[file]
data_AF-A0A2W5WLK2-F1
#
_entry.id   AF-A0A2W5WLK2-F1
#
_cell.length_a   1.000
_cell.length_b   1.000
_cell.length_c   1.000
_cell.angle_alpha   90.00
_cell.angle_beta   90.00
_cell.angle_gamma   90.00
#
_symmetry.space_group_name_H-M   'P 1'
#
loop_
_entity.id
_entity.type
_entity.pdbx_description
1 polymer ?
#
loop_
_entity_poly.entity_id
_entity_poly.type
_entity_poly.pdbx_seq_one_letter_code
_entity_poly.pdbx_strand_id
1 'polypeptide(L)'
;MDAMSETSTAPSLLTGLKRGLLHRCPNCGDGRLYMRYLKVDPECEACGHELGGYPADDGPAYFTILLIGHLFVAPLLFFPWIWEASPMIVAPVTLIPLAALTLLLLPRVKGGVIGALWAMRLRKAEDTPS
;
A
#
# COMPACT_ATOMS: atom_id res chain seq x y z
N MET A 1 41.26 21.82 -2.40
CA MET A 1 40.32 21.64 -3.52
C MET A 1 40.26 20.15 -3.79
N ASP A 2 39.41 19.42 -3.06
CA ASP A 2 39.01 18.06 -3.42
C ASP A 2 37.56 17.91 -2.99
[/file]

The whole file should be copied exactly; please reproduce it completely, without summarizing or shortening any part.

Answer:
data_AF-A0A2W5WLK2-F1
#
_entry.id   AF-A0A2W5WLK2-F1
#
_cell.length_a   1.000
_cell.length_b   1.000
_cell.length_c   1.000
_cell.angle_alpha   90.00
_cell.angle_beta   90.00
_cell.angle_gamma   90.00
#
_symmetry.space_group_name_H-M   'P 1'
#
loop_
_entity.id
_entity.type
_entity.pdbx_description
1 polymer ?
#
loop_
_entity_poly.entity_id
_entity_poly.type
_entity_poly.pdbx_seq_one_letter_code
_entity_poly.pdbx_strand_id
1 'polypeptide(L)'
;MDAMSETSTAPSLLTGLKRGLLHRCPNCGDGRLYMRYLKVDPECEACGHELGGYPADDGPAYFTILLIGHLFVAPLLFFPWIWEASPMIVAPVTLIPLAALTLLLLPRVKGGVIGALWAMRLRKAEDTPS
;
A
#
# COMPACT_ATOMS: atom_id res chain seq x y z
N MET A 1 41.26 21.82 -2.40
CA MET A 1 40.32 21.64 -3.52
C MET A 1 40.26 20.15 -3.79
N ASP A 2 39.41 19.42 -3.06
CA ASP A 2 39.01 18.06 -3.42
C ASP A 2 37.56 17.91 -2.99